We also had a real bonus at the end; having come down the beautifully tiled Moraga Street steps, which are increasingly crowded and photographed these days, one of our number requested that we head towards the N Judah rather than back to West Portal. I had a memory of running down a set of steps that connected with Judah a year or so ago, and was happy that we found them. What I had not realised on that run was that they were also beautifully tiled on the vertical part of the step, with an earth theme to Moraga’s marine theme. And not one single person was there with a camera. We all had a chuckle at the way such trends can emerge.

Shohaku Okumura

‘Without this being, there are no other beings. This is called wondrous dharma or true dharma. We cannot grasp it with our concepts, and yet, as a reality, it’s right in front of us.’ (Living By Vow)


‘Gentlemen of affairs these days, though, are quick to want to understand Ch’an. They think a lot about the scriptures and the sayings of the ancestral teachers, wanting to be able to explain clearly. They are far from knowing that this clarity is nonetheless an unclear matter. If you can penetrate the word “Mu”, you won’t have to ask anyone else about clear and unclear. I teach gentlemen of affairs to let go and make themselves dull – this is the same principle. And it’s not bad to get the first prize in looking dull, either – I’m just afraid you’ll hand in an empty paper. What a laugh!’ (Swampland Flowers)

Marc Lesser

‘The true benefit of focusing on and taking a break from busyness is that it brings more kindness and love into our lives. With less busyness and unnecessary effort, more kindness and love can rise to the surface, leading to more effectiveness, energy and focus. When we feel depleted, love is the best replenisher – which includes the love we feel for ourselves, the love we freely give to others, and the love that comes to us from the people we care for and admire most.’ (Less)


Break open
A cherry tree
And there are no flowers,
But the spring breeze,
Brings forth a myriad blossoms!

Taigen Dan Leighton

‘The ultimate purpose of spiritual practice, universally awakened heart/mind, cannot be set apart from our own inherent being and our immediate moment-to-moment awareness.’ (Introduction to Cultivating the Empty Field)

angel Kyodo williams

‘Many people mistakenly believe that the way to be spiritual and find peace in their lives is to wrestle the “me” to the ground. To conquer it. To force themselves to submit to a set of ideas about how they should be. They begin a process of tightening themselves, cutting off their feelings or pretending not to see, in order to reach their goal. “I am not angry,” they tell themselves. “I will stop drinking alcohol right now and never drink it again.” “I will not do anything wrong, ever.”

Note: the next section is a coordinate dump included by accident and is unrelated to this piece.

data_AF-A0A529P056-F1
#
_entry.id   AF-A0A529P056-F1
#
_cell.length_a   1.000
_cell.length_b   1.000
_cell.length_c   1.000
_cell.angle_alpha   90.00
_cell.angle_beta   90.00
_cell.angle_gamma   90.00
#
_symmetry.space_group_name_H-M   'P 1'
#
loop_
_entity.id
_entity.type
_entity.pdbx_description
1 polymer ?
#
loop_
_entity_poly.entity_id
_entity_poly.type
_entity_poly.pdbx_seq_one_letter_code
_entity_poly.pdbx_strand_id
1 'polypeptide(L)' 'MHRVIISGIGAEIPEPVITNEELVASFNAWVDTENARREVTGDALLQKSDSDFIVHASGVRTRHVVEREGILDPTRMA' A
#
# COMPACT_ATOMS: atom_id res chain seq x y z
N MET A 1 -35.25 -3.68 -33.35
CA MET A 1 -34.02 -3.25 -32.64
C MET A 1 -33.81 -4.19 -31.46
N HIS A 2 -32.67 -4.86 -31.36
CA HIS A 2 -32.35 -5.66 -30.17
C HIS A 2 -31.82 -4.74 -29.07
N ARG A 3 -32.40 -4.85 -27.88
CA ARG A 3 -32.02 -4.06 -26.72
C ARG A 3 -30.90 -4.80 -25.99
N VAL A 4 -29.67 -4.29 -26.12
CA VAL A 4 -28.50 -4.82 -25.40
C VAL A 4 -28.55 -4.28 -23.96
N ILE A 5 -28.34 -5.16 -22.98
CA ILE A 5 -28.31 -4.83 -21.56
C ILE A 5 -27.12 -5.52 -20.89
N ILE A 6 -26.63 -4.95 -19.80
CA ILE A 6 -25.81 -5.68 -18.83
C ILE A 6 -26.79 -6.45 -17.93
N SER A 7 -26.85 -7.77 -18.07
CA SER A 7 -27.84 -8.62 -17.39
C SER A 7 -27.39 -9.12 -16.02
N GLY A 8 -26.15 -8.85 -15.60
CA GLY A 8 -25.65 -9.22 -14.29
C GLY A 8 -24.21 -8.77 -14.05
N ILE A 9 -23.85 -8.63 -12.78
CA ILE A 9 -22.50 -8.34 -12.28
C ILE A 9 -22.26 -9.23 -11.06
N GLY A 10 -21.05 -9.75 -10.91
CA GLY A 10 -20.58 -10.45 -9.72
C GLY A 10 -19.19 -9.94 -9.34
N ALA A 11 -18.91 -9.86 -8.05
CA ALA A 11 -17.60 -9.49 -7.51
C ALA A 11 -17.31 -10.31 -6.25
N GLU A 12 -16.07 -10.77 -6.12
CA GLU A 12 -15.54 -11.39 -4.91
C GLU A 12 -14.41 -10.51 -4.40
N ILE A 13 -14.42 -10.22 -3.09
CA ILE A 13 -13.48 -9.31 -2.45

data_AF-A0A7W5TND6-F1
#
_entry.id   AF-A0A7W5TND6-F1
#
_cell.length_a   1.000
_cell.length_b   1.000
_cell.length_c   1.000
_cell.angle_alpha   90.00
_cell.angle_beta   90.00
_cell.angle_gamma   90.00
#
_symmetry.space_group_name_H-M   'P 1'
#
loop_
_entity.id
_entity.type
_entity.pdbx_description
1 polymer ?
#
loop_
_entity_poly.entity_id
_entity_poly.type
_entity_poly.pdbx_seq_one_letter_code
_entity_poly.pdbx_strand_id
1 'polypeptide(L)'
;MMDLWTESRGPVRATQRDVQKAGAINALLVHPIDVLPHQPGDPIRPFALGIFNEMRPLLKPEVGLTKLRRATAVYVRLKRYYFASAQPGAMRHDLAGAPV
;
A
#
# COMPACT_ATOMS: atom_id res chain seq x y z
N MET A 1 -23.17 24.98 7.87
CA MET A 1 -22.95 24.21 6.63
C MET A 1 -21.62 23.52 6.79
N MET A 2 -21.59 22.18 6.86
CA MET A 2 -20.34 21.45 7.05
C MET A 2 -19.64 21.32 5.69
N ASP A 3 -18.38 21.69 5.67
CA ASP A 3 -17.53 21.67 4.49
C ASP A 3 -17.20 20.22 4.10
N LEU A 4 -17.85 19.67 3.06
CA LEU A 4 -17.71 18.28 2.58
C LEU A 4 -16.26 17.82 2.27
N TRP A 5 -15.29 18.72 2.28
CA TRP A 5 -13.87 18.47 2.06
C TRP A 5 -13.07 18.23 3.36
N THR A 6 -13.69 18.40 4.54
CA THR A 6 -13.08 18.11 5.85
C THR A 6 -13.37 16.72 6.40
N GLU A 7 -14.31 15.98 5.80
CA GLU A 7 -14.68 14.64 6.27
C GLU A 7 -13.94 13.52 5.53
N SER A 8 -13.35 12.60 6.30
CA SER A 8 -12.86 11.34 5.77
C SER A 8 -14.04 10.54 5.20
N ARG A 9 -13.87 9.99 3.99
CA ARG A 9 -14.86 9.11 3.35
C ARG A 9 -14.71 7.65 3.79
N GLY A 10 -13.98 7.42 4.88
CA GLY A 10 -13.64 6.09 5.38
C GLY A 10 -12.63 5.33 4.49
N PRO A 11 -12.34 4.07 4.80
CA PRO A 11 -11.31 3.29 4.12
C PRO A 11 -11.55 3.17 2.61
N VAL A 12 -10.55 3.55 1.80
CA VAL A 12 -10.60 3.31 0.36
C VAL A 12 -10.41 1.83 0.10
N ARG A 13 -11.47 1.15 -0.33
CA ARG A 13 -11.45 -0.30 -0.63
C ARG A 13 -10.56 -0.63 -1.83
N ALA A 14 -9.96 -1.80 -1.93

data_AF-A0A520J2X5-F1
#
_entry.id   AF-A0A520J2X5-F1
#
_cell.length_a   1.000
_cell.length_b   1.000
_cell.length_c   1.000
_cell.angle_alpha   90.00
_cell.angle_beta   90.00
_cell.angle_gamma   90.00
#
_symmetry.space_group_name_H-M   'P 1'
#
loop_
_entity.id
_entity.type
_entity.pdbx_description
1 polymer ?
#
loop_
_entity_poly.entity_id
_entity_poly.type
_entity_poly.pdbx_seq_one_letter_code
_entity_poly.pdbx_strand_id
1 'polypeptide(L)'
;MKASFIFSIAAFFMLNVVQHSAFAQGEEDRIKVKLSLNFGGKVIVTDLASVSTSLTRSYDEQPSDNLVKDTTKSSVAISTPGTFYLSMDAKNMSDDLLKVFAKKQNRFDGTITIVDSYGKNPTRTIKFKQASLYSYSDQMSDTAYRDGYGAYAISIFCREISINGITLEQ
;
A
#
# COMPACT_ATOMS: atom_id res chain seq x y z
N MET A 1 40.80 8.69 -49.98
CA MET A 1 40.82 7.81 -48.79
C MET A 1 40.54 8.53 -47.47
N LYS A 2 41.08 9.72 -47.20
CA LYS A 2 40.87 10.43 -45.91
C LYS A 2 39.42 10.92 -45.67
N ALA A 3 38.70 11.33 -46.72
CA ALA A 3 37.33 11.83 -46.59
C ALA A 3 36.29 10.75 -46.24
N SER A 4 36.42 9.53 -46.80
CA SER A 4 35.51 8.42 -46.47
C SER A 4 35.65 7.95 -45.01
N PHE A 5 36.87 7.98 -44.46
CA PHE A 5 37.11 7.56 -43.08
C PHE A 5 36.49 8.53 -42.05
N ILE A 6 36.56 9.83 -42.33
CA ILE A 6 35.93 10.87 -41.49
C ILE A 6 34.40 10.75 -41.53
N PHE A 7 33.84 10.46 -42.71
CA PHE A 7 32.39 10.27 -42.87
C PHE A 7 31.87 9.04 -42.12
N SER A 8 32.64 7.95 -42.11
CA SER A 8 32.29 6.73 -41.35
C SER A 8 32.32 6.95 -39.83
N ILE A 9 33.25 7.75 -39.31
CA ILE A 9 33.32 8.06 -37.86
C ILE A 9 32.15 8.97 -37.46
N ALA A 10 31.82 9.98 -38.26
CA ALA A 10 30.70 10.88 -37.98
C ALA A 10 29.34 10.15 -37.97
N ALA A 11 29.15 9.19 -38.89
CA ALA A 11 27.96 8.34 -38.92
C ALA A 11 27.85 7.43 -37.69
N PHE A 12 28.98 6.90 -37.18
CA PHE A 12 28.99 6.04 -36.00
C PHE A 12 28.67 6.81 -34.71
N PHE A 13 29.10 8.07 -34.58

This doesn’t work. Instead, this new desire to achieve a goal takes over and is just another desire. We can’t simply look in the mirror and say we want to be better and believe that such thoughts will make it so. The wanting takes over again. Wanting is wanting is wanting. What we are looking for is not-wanting.’ (Being Black)


‘When you realize buddha dharma, you do not think, “This is realization just as I expected.” Even if you think so, realization inevitably differs from your expectation. Realization is not like your conception of it. Accordingly, realization cannot take place as previously conceived. When you realize buddha dharma, you do not consider how realization came about. Reflect on this: what you think one way or another before realization is not a help for realization.
Although realization is not like any of the thoughts preceding it, this is not because such thoughts were actually bad and could not be realization. But since you were seeking elsewhere, you thought and said that thoughts cannot be realization.
However, it is worth noticing that what you think one way or another is not a help for realization. For this reason, you become cautious not to be small-minded. Indeed, if realization came forth by the power of your prior thought, it would not be trustworthy.’ (Shobogenzo Yuibutsu Yobutsu)

This is what the monk in last week’s story needed to hear. I found this passage very helpful myself, as it let me shed any last lingering hope that I would think my way to enlightenment. That in itself made a nice difference to my practice…